Australia is embracing an ageing population and an increasing percentage of that population who have chronic disease. This is putting significant strain on the health system, which is now facing massive workforce shortages. Approximately 11 per cent of the total workforce of Australia is engaged to some degree in the health industry, forming one of the largest groups in the community. Considering the demands, an increase in that percentage to around 20 per cent of the total workforce is needed by 2025. We are not going to do this by increasing doctors and nurses alone. We have to look at a paradigm shift in how we deliver the services, how we emphasise health promotion and disease prevention and how we provide the community at large with some skills to take care of themselves.
The health workforce of the future will need to be more flexible and mobile and its workers will need to be multi-skilled. The workforce shortages currently affecting Australia in nursing, medicine and the allied health professions are also seen in other overseas jurisdictions and this will make recruiting health professionals much more difficult and expensive than in the past. For years a number of Government instrumentalities have concluded that the existing medical workforce is adequate for our future needs. Interestingly, medicine is still the only University course where numbers are controlled by the Federal government.
A number of factors have impacted on these shortages including the feminisation of the medical workforce, changing work patterns including safe hours ‘recommendations’ and the globalisation of the health workforce. The changing gender mix in the medical workforce has played a significant role in this crisis with women wishing to work shorter hours and having significant periods of time off for their families. These work aspirations are now being taken on by male doctors as well. Within medicine there are particular challenges for training, as increasingly medicine and particularly surgery are being carried out primarily in the private sector. Doctors who undergo almost all of their training on the ‘public purse’ have the opportunity to provide entirely to the private sector once they have achieved their specialist qualification.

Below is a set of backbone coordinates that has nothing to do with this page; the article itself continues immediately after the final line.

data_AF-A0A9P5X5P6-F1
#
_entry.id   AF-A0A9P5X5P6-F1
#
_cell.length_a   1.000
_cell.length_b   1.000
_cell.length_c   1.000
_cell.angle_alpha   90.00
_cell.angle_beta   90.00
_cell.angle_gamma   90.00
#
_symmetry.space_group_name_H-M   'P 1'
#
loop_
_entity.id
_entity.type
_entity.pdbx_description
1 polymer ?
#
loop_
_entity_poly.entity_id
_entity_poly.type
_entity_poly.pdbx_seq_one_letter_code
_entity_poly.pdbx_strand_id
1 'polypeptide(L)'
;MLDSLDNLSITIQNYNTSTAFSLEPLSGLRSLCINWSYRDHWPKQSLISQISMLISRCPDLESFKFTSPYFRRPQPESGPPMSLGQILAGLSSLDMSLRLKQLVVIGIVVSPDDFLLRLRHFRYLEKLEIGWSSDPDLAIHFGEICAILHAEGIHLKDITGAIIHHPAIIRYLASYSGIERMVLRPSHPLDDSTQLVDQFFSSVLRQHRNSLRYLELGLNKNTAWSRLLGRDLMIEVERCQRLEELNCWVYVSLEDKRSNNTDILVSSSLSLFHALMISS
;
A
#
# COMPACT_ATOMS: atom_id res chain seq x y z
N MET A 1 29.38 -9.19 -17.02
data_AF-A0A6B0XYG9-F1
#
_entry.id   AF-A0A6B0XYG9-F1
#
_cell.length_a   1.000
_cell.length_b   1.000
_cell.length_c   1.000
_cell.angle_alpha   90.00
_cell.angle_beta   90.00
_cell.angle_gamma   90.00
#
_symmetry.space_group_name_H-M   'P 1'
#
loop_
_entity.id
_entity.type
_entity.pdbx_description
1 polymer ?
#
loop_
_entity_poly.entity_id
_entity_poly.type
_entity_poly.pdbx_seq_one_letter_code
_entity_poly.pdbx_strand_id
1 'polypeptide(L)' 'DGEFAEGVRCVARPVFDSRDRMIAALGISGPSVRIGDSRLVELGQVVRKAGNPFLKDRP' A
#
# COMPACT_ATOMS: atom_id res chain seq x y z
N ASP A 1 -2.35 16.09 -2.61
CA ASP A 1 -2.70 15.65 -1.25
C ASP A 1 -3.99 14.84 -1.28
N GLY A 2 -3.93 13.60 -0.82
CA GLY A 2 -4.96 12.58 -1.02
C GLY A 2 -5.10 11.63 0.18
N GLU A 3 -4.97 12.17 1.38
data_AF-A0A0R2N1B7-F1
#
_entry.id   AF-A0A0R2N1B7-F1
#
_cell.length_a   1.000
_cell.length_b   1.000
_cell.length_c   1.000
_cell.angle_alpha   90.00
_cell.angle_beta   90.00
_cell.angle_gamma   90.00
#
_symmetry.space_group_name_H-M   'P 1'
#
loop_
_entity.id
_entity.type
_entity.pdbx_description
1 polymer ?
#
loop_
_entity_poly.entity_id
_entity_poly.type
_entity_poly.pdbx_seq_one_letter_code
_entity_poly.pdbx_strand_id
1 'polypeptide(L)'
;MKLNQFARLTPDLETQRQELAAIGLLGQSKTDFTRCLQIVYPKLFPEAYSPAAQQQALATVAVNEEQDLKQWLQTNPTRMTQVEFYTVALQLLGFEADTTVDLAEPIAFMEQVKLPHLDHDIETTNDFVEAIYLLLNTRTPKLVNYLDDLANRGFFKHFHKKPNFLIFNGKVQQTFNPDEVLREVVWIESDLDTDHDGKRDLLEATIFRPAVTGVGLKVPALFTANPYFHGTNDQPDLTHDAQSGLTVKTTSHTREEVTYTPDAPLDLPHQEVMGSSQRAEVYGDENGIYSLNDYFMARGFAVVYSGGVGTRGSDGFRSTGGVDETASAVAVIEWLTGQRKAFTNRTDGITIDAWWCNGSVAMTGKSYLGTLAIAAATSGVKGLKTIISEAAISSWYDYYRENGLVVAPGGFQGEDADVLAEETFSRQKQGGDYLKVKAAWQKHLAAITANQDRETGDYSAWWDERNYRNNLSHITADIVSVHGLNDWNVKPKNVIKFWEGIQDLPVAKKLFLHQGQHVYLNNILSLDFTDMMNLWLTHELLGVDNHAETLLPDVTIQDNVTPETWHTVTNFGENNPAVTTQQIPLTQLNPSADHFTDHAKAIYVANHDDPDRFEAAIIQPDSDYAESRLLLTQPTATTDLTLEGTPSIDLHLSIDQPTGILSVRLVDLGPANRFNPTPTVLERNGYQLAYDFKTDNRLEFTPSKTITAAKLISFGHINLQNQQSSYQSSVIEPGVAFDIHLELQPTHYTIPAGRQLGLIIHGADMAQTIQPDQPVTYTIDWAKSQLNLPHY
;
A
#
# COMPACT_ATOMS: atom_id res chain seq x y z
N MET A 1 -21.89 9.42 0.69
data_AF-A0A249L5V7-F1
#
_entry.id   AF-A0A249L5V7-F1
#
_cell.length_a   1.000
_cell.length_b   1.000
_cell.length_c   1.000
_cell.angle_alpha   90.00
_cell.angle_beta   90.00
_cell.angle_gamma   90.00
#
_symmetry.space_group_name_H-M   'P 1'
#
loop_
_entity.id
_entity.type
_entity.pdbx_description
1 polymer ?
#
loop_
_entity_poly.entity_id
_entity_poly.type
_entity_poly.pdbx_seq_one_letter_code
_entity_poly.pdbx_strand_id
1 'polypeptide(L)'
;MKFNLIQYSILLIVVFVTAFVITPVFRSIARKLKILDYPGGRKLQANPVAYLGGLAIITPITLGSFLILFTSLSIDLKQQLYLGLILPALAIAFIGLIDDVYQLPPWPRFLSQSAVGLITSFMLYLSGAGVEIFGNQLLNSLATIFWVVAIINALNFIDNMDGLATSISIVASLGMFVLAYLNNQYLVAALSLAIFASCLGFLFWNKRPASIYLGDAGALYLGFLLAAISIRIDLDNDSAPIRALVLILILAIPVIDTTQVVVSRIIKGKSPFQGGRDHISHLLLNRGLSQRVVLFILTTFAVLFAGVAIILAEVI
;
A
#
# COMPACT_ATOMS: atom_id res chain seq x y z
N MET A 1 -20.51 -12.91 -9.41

We need to review the contribution of the private sector to training. One idea would be to require all specialists to provide a certain number of sessions to the public sector – and be paid for them — for a period of 10 years after attainment of their specialist qualification. There is a significant discrepancy in financial reward between the public and private sectors which must be addressed. This discrepancy is made worse by the emphasis in the Medical Benefits Schedule on payment for procedures. There is little doubt that this has been a disincentive for young doctors to go into general practice or some of the non-procedural specialties, while interventional cardiology, gastroenterology and surgical specialties are very popular. This issue of remuneration of doctors was addressed some years ago by a relative value study but sadly never acted on by Government. The relative value study has been reactivated by the recent Productivity Commission Draft Report. Recommendations for revisiting the relative value study should be strongly supported in the final document as it is not sustainable to have the ‘cognitive’ part of medicine rewarded so poorly in relation to procedures.
Another issue is looking at alternative strategies for care delivery. For example, pharmacists could be involved in routine prescribing of repeat prescriptions and medication monitoring. Appropriately trained radiographers could read x-rays as well as radiologists. Pathology technicians currently carry out routine screening for cervical pathology and this could easily be extended to cover some diagnostic work including involvement in routine histopathology screening. Nurse practitioners could be involved in chronic care (limited prescribing and some procedures) and, along with physician assistants, could be involved in procedures such as colonoscopy, minor surgery and anaesthetics. And physiotherapists could perform triage for musculoskeletal injuries in the Accident and Emergency Departments of our busy hospitals.